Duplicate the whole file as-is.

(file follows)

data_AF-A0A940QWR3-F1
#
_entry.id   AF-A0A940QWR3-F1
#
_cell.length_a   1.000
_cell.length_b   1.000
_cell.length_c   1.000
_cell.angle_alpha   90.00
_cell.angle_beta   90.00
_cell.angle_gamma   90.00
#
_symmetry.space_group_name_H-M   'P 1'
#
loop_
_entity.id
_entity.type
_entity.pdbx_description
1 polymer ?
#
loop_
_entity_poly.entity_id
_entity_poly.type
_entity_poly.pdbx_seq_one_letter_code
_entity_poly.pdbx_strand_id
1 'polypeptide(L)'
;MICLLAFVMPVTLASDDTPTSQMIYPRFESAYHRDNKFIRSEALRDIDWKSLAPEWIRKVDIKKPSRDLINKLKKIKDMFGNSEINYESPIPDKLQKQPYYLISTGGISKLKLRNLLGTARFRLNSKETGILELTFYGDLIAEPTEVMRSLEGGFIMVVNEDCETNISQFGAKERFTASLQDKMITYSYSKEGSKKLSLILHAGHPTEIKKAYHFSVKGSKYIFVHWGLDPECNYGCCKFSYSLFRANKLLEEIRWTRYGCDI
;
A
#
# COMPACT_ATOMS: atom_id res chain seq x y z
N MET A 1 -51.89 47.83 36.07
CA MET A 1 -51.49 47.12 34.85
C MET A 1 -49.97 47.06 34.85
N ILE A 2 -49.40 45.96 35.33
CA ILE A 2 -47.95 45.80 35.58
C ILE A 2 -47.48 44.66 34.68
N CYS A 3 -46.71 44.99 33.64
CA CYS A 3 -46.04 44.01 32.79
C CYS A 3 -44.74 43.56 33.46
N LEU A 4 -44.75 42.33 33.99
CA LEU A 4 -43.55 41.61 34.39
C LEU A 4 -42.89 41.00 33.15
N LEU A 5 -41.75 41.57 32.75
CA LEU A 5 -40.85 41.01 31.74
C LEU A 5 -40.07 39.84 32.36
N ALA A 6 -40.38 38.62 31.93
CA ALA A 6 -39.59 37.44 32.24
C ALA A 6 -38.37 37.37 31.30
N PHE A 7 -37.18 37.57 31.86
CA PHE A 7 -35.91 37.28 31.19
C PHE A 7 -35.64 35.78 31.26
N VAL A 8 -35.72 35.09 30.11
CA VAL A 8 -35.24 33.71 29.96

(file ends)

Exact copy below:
data_AF-A0A940QWR3-F1
#
_entry.id   AF-A0A940QWR3-F1
#
_cell.length_a   1.000
_cell.length_b   1.000
_cell.length_c   1.000
_cell.angle_alpha   90.00
_cell.angle_beta   90.00
_cell.angle_gamma   90.00
#
_symmetry.space_group_name_H-M   'P 1'
#
loop_
_entity.id
_entity.type
_entity.pdbx_description
1 polymer ?
#
loop_
_entity_poly.entity_id
_entity_poly.type
_entity_poly.pdbx_seq_one_letter_code
_entity_poly.pdbx_strand_id
1 'polypeptide(L)'
;MICLLAFVMPVTLASDDTPTSQMIYPRFESAYHRDNKFIRSEALRDIDWKSLAPEWIRKVDIKKPSRDLINKLKKIKDMFGNSEINYESPIPDKLQKQPYYLISTGGISKLKLRNLLGTARFRLNSKETGILELTFYGDLIAEPTEVMRSLEGGFIMVVNEDCETNISQFGAKERFTASLQDKMITYSYSKEGSKKLSLILHAGHPTEIKKAYHFSVKGSKYIFVHWGLDPECNYGCCKFSYSLFRANKLLEEIRWTRYGCDI
;
A
#
# COMPACT_ATOMS: atom_id res chain seq x y z
N MET A 1 -51.89 47.83 36.07
CA MET A 1 -51.49 47.12 34.85
C MET A 1 -49.97 47.06 34.85
N ILE A 2 -49.40 45.96 35.33
CA ILE A 2 -47.95 45.80 35.58
C ILE A 2 -47.48 44.66 34.68
N CYS A 3 -46.71 44.99 33.64
CA CYS A 3 -46.04 44.01 32.79
C CYS A 3 -44.74 43.56 33.46
N LEU A 4 -44.75 42.33 33.99
CA LEU A 4 -43.55 41.61 34.39
C LEU A 4 -42.89 41.00 33.15
N LEU A 5 -41.75 41.57 32.75
CA LEU A 5 -40.85 41.01 31.74
C LEU A 5 -40.07 39.84 32.36
N ALA A 6 -40.38 38.62 31.93
CA ALA A 6 -39.59 37.44 32.24
C ALA A 6 -38.37 37.37 31.30
N PHE A 7 -37.18 37.57 31.86
CA PHE A 7 -35.91 37.28 31.19
C PHE A 7 -35.64 35.78 31.26
N VAL A 8 -35.72 35.09 30.11
CA VAL A 8 -35.24 33.71 29.96